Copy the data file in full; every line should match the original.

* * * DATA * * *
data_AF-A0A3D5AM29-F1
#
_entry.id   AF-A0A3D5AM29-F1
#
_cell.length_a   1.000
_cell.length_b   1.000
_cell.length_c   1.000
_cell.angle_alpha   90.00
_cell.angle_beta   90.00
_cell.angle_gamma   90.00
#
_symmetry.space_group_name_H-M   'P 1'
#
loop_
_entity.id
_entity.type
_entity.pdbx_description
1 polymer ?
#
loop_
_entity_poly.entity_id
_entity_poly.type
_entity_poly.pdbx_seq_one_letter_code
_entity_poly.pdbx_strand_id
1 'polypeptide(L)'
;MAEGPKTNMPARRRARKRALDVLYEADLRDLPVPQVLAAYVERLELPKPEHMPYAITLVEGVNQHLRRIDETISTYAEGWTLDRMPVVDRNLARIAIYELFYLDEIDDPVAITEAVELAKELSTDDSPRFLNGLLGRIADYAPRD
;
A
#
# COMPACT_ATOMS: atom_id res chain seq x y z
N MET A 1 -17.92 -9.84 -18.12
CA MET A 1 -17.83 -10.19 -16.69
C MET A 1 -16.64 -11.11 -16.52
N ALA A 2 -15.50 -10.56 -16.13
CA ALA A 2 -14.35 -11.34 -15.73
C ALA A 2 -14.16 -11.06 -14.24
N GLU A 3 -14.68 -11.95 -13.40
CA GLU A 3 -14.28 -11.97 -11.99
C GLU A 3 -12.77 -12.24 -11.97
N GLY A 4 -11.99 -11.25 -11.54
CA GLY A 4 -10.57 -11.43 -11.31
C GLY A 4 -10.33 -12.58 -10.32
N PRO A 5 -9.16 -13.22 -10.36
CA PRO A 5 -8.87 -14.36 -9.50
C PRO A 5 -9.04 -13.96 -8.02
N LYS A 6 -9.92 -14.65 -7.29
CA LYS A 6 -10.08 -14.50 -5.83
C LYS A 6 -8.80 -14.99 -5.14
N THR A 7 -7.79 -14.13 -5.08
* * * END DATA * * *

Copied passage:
data_AF-A0A3D5AM29-F1
#
_entry.id   AF-A0A3D5AM29-F1
#
_cell.length_a   1.000
_cell.length_b   1.000
_cell.length_c   1.000
_cell.angle_alpha   90.00
_cell.angle_beta   90.00
_cell.angle_gamma   90.00
#
_symmetry.space_group_name_H-M   'P 1'
#
loop_
_entity.id
_entity.type
_entity.pdbx_description
1 polymer ?
#
loop_
_entity_poly.entity_id
_entity_poly.type
_entity_poly.pdbx_seq_one_letter_code
_entity_poly.pdbx_strand_id
1 'polypeptide(L)'
;MAEGPKTNMPARRRARKRALDVLYEADLRDLPVPQVLAAYVERLELPKPEHMPYAITLVEGVNQHLRRIDETISTYAEGWTLDRMPVVDRNLARIAIYELFYLDEIDDPVAITEAVELAKELSTDDSPRFLNGLLGRIADYAPRD
;
A
#
# COMPACT_ATOMS: atom_id res chain seq x y z
N MET A 1 -17.92 -9.84 -18.12
CA MET A 1 -17.83 -10.19 -16.69
C MET A 1 -16.64 -11.11 -16.52
N ALA A 2 -15.50 -10.56 -16.13
CA ALA A 2 -14.35 -11.34 -15.73
C ALA A 2 -14.16 -11.06 -14.24
N GLU A 3 -14.68 -11.95 -13.40
CA GLU A 3 -14.28 -11.97 -11.99
C GLU A 3 -12.77 -12.24 -11.97
N GLY A 4 -11.99 -11.25 -11.54
CA GLY A 4 -10.57 -11.43 -11.31
C GLY A 4 -10.33 -12.58 -10.32
N PRO A 5 -9.16 -13.22 -10.36
CA PRO A 5 -8.87 -14.36 -9.50
C PRO A 5 -9.04 -13.96 -8.02
N LYS A 6 -9.92 -14.65 -7.29
CA LYS A 6 -10.08 -14.50 -5.83
C LYS A 6 -8.80 -14.99 -5.14
N THR A 7 -7.79 -14.13 -5.08